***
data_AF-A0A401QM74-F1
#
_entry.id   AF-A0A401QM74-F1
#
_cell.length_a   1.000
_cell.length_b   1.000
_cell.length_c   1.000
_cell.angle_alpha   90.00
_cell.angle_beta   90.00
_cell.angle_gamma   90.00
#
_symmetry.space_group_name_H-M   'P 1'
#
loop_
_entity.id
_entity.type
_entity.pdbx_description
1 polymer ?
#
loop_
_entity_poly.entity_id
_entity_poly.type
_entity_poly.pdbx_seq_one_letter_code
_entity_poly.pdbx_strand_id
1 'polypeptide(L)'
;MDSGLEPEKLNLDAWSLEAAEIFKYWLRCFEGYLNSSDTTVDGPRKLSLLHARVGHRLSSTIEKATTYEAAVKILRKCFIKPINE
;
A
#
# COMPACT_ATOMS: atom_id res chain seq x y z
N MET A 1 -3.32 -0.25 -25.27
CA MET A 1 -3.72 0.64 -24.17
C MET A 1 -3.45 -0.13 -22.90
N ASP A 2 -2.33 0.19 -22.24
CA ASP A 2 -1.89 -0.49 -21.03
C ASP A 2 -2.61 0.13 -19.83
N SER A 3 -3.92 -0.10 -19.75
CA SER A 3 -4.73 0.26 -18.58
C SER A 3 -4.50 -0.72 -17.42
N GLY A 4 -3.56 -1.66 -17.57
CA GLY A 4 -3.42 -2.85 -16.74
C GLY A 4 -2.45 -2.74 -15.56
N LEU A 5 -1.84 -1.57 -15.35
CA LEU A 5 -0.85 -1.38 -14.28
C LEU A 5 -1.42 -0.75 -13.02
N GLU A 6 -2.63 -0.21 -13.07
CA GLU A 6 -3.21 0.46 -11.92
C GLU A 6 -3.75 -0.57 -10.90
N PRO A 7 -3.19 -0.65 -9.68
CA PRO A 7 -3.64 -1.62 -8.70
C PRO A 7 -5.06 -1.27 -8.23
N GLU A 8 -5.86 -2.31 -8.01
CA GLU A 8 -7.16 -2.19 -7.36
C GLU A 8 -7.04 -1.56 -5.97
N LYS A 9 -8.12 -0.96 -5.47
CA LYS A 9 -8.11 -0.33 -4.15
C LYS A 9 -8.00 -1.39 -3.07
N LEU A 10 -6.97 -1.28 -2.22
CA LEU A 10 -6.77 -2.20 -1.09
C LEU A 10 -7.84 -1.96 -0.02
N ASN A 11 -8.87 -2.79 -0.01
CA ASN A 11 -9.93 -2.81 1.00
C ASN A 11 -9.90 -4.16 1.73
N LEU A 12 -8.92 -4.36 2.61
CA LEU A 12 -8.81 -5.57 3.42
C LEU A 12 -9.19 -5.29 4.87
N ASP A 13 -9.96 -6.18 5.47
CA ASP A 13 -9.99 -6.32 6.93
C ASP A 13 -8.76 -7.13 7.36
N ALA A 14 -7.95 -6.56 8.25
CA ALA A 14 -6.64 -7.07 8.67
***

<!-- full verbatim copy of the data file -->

data_AF-A0A401QM74-F1
#
_entry.id   AF-A0A401QM74-F1
#
_cell.length_a   1.000
_cell.length_b   1.000
_cell.length_c   1.000
_cell.angle_alpha   90.00
_cell.angle_beta   90.00
_cell.angle_gamma   90.00
#
_symmetry.space_group_name_H-M   'P 1'
#
loop_
_entity.id
_entity.type
_entity.pdbx_description
1 polymer ?
#
loop_
_entity_poly.entity_id
_entity_poly.type
_entity_poly.pdbx_seq_one_letter_code
_entity_poly.pdbx_strand_id
1 'polypeptide(L)'
;MDSGLEPEKLNLDAWSLEAAEIFKYWLRCFEGYLNSSDTTVDGPRKLSLLHARVGHRLSSTIEKATTYEAAVKILRKCFIKPINE
;
A
#
# COMPACT_ATOMS: atom_id res chain seq x y z
N MET A 1 -3.32 -0.25 -25.27
CA MET A 1 -3.72 0.64 -24.17
C MET A 1 -3.45 -0.13 -22.90
N ASP A 2 -2.33 0.19 -22.24
CA ASP A 2 -1.89 -0.49 -21.03
C ASP A 2 -2.61 0.13 -19.83
N SER A 3 -3.92 -0.10 -19.75
CA SER A 3 -4.73 0.26 -18.58
C SER A 3 -4.50 -0.72 -17.42
N GLY A 4 -3.56 -1.66 -17.57
CA GLY A 4 -3.42 -2.85 -16.74
C GLY A 4 -2.45 -2.74 -15.56
N LEU A 5 -1.84 -1.57 -15.35
CA LEU A 5 -0.85 -1.38 -14.28
C LEU A 5 -1.42 -0.75 -13.02
N GLU A 6 -2.63 -0.21 -13.07
CA GLU A 6 -3.21 0.46 -11.92
C GLU A 6 -3.75 -0.57 -10.90
N PRO A 7 -3.19 -0.65 -9.68
CA PRO A 7 -3.64 -1.62 -8.70
C PRO A 7 -5.06 -1.27 -8.23
N GLU A 8 -5.86 -2.31 -8.01
CA GLU A 8 -7.16 -2.19 -7.36
C GLU A 8 -7.04 -1.56 -5.97
N LYS A 9 -8.12 -0.96 -5.47
CA LYS A 9 -8.11 -0.33 -4.15
C LYS A 9 -8.00 -1.39 -3.07
N LEU A 10 -6.97 -1.28 -2.22
CA LEU A 10 -6.77 -2.20 -1.09
C LEU A 10 -7.84 -1.96 -0.02
N ASN A 11 -8.87 -2.79 -0.01
CA ASN A 11 -9.93 -2.81 1.00
C ASN A 11 -9.90 -4.16 1.73
N LEU A 12 -8.92 -4.36 2.61
CA LEU A 12 -8.81 -5.57 3.42
C LEU A 12 -9.19 -5.29 4.87
N ASP A 13 -9.96 -6.18 5.47
CA ASP A 13 -9.99 -6.32 6.93
C ASP A 13 -8.76 -7.13 7.36
N ALA A 14 -7.95 -6.56 8.25
CA ALA A 14 -6.64 -7.07 8.67